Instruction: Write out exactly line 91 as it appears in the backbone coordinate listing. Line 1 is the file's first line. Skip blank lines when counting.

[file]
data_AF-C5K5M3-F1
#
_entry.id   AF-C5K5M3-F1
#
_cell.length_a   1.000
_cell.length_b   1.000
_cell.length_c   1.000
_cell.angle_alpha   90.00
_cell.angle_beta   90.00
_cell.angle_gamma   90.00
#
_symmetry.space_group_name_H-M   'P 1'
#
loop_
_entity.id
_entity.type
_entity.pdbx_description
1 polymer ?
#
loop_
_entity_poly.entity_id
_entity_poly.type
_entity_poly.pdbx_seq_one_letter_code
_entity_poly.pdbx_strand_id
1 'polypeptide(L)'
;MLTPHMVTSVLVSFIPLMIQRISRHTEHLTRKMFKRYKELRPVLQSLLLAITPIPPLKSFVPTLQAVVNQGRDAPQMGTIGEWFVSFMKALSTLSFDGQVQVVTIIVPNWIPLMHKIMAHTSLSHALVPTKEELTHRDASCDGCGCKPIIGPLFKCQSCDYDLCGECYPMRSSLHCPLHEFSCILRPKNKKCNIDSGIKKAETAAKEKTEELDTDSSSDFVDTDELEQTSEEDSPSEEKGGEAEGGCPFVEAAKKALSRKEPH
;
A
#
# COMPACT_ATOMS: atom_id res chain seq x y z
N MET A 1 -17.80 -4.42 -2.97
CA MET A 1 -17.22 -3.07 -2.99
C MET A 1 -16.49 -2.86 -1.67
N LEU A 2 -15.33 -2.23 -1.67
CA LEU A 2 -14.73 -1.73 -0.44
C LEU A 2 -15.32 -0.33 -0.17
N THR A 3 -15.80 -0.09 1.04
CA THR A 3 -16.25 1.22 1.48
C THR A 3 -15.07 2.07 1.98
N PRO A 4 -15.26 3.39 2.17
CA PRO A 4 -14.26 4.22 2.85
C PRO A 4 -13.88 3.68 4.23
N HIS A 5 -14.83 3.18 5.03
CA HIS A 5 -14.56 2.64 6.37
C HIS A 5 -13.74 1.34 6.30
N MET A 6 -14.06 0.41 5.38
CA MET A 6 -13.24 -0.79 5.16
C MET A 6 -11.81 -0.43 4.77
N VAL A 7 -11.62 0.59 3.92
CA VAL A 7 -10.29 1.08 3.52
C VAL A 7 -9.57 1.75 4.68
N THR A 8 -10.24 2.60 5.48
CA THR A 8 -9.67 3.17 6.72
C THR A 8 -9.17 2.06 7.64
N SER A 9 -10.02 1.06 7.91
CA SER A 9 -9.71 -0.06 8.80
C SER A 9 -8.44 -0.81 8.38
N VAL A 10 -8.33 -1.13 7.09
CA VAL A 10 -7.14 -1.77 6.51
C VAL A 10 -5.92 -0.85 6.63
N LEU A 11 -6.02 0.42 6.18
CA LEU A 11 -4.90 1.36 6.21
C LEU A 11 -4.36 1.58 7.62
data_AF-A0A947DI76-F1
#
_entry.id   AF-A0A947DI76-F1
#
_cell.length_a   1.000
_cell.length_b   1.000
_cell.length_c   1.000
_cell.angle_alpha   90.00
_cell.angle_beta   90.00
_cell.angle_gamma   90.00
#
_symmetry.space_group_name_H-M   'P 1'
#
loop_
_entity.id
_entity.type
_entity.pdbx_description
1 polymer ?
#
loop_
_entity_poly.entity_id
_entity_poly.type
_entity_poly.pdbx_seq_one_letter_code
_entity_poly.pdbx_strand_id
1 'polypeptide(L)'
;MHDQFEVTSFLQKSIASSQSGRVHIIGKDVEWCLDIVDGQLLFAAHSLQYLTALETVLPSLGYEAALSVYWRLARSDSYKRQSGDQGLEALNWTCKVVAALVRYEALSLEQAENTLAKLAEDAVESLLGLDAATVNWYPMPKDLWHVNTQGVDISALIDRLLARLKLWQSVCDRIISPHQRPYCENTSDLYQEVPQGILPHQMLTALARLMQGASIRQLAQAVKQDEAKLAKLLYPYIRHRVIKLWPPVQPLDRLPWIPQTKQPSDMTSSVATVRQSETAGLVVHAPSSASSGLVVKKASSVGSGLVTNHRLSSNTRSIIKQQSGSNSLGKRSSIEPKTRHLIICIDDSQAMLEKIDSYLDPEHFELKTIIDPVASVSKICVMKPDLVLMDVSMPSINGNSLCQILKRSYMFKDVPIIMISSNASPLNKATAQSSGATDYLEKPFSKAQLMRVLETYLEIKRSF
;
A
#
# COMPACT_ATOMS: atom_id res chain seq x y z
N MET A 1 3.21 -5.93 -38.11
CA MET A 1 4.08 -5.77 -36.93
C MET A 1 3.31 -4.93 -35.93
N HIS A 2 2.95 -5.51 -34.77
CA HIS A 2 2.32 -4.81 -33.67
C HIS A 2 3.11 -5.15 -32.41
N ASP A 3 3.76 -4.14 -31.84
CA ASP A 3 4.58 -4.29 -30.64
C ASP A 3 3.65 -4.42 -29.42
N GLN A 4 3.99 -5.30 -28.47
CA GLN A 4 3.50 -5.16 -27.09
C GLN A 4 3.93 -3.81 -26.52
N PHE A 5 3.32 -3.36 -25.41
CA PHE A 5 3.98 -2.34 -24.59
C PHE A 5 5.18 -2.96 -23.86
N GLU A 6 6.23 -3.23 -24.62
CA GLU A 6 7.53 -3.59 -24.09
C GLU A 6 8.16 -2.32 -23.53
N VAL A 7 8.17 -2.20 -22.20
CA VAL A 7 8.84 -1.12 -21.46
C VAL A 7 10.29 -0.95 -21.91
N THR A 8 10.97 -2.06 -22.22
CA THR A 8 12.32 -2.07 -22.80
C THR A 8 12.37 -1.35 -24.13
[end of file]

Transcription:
A